Browsing Homilies

The Ascension of the Lord

Acts 1:1-11 | Ps 47 | Eph 1:17-23 (or) Eph 4:1-13 (or) 4:1-7, 11-13 | Mk 16:15-20

Today we celebrate the day that Jesus Christ was “taken up into heaven and took his seat at the right hand of God.” The Catechism of the Catholic Church tells us that Christ’s ascension “marks the definitive entrance of Jesus’ humanity into God’s heavenly domain, whence he will come again” (CCC 665). It also states that Jesus Christ, “having entered the sanctuary of heaven once and for all, intercedes constantly for us as the mediator who assures us of the permanent outpouring of the Holy Spirit” (CCC 667).

Christ, fully human, having walked the earth for, as tradition asserts, thirty-three years, was taken up into heaven, as his disciples were gathered. What a sight this must have been! Take a moment and put yourself in the disciples’ place. What do you imagine seeing or feeling or thinking? Then listen again to the words of the angels after Jesus was taken up: “Men of Galilee why are you standing there looking at the sky?” Can you imagine being asked this seemingly ridiculous question after what had just happened?

I think the key to understanding this question is to situate it with some of the other questions that are asked in Scripture. In the book of Genesis, after Adam and Eve sin and hide themselves, God asks them, “Where are you?” In the Gospel of John, Jesus encounters the first disciples and asks them, “What are you looking for?” In Mark’s gospel, Jesus asks the blind Bartimaeus, “What do you want me to do for you?” Similarly, Jesus then asks his disciples on Mount Tabor, “Who do you say that I am?” In Luke’s gospel, the angels ask the women seeking the body of Jesus, “Why do you search for the living among the dead?” these and other questions open up my understanding of the seemingly obvious question asked in today’s first reading: “Why are you standing there looking up at the sky?”

In each of these questions, there are several layers. There is the simple, surface answer asked of the characters in the story, “What do you want me to do for you?” Bartimaeus replies, “I want to see! I am blind, I want my vision restored.” “Why do you seek the living among the dead?” The women essentially respond, “Well, our friend was buried here so we came to anoint his body.” But each of these questions transcends the scene being played out in Scripture. The question points to some reality in the text but extends deep into the hearts and histories of the readers. Each of these questions has some answer that burns deeper in our hearts. When God asks, “Where are you?” and Jesus asks, “What are you looking for?” no simple answer suffices. These questions get at the root of our very identities. When Jesus wonders, “Who do you say that I am?” we must spend a lifetime mining our relationship with God and articulating that answer with our words and actions.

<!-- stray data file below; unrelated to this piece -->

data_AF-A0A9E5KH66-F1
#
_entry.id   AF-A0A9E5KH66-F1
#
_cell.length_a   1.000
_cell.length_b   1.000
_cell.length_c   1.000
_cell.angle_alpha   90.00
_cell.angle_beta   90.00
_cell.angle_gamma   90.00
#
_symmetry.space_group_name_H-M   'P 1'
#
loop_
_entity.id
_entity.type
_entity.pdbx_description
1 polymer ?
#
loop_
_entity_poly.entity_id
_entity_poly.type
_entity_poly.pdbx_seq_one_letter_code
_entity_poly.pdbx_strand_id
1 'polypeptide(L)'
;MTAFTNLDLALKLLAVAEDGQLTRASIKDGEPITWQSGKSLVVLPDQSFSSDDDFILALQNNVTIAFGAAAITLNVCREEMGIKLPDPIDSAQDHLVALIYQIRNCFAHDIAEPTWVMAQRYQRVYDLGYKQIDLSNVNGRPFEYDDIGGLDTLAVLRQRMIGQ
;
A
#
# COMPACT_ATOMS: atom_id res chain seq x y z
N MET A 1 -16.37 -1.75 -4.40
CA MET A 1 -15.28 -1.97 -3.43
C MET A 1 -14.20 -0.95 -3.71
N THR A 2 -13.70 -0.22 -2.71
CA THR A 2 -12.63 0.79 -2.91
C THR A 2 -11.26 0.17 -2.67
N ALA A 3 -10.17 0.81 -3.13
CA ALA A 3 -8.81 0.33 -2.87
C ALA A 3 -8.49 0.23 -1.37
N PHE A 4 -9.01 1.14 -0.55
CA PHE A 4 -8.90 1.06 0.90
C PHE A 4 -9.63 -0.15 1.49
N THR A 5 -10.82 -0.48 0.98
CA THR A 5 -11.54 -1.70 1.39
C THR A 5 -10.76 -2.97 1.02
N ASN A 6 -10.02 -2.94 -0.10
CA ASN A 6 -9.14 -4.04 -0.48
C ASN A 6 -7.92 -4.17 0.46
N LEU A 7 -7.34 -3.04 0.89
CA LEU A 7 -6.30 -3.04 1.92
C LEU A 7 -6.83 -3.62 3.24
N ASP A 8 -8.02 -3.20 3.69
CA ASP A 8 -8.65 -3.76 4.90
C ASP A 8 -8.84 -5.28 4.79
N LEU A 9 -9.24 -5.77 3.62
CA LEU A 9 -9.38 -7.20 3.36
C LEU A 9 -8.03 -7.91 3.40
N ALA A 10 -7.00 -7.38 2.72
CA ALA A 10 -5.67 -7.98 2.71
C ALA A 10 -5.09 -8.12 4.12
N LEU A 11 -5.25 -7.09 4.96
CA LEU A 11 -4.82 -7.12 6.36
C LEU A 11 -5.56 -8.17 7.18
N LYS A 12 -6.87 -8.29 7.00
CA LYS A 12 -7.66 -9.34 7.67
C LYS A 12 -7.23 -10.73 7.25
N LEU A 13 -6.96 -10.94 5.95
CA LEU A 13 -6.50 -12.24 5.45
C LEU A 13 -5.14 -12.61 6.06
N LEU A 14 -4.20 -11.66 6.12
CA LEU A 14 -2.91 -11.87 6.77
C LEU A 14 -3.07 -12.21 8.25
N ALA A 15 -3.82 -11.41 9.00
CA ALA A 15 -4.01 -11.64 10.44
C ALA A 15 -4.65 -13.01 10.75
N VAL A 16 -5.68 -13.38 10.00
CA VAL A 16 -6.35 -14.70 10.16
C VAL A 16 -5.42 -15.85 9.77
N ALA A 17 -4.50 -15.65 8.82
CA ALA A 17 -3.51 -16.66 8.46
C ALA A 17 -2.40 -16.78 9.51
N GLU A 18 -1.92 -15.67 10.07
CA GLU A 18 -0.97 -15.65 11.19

So today, when the disciples are asked why they gaze skyward, we are asked why we gaze skyward. Parishioners of Saint Noel, “Why do you stand here looking up at the sky? Why do you come here today? What is it that you are looking for from the Ascended One? Are you looking at the sky in wonder and awe and gratitude? Are you amazed at the power of God and the beauty of God’s plan and creative action in the world and in your life? Are you looking at the sky with fear or anxiety? Are you nervous that this God who once felt so close and available now seems more distant and out of reach? Are you looking at the sky in gratitude and hope, thankful for the closeness you have felt to Christ and anticipating the new ways your relationship will grow? Are you looking at the sky with disappointment, longing, and maybe some anger? Perhaps your prayers and pleadings have not yet been answered by God or were not answered in the way you expected?

Maybe you are gazing at the sky for many of these reasons. Be assured, friends, that you are not alone. You join the disciples who were assembled on that day and you join the multitudes of believers who continue to gaze heavenward with their prayers each and every day in the sure and certain hope that this Jesus who is no longer physically with us, is interceding for us with the Father in heaven.


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